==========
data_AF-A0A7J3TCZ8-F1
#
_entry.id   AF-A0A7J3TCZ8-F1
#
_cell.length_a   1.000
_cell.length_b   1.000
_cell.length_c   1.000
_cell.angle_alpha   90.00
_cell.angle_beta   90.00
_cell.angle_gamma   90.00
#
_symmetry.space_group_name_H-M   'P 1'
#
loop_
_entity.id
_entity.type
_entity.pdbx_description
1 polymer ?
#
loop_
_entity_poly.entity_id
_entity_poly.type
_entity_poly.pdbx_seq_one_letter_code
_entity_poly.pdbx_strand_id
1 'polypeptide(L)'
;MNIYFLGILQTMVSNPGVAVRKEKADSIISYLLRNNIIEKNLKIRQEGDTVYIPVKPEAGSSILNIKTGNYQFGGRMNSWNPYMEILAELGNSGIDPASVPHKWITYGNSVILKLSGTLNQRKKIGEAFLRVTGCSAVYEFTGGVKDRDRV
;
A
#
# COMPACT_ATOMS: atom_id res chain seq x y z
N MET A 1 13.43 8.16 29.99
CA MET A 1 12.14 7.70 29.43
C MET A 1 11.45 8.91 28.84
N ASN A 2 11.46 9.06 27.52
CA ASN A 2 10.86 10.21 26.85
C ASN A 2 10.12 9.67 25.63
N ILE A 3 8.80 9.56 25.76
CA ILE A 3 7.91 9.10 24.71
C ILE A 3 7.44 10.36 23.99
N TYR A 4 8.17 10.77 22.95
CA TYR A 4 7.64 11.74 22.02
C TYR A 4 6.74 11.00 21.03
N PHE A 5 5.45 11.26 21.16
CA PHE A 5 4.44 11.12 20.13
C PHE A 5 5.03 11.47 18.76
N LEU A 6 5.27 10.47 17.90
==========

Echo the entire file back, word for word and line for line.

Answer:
data_AF-A0A7J3TCZ8-F1
#
_entry.id   AF-A0A7J3TCZ8-F1
#
_cell.length_a   1.000
_cell.length_b   1.000
_cell.length_c   1.000
_cell.angle_alpha   90.00
_cell.angle_beta   90.00
_cell.angle_gamma   90.00
#
_symmetry.space_group_name_H-M   'P 1'
#
loop_
_entity.id
_entity.type
_entity.pdbx_description
1 polymer ?
#
loop_
_entity_poly.entity_id
_entity_poly.type
_entity_poly.pdbx_seq_one_letter_code
_entity_poly.pdbx_strand_id
1 'polypeptide(L)'
;MNIYFLGILQTMVSNPGVAVRKEKADSIISYLLRNNIIEKNLKIRQEGDTVYIPVKPEAGSSILNIKTGNYQFGGRMNSWNPYMEILAELGNSGIDPASVPHKWITYGNSVILKLSGTLNQRKKIGEAFLRVTGCSAVYEFTGGVKDRDRV
;
A
#
# COMPACT_ATOMS: atom_id res chain seq x y z
N MET A 1 13.43 8.16 29.99
CA MET A 1 12.14 7.70 29.43
C MET A 1 11.45 8.91 28.84
N ASN A 2 11.46 9.06 27.52
CA ASN A 2 10.86 10.21 26.85
C ASN A 2 10.12 9.67 25.63
N ILE A 3 8.80 9.56 25.76
CA ILE A 3 7.91 9.10 24.71
C ILE A 3 7.44 10.36 23.99
N TYR A 4 8.17 10.77 22.95
CA TYR A 4 7.64 11.74 22.02
C TYR A 4 6.74 11.00 21.03
N PHE A 5 5.45 11.26 21.16
CA PHE A 5 4.44 11.12 20.13
C PHE A 5 5.03 11.47 18.76
N LEU A 6 5.27 10.47 17.90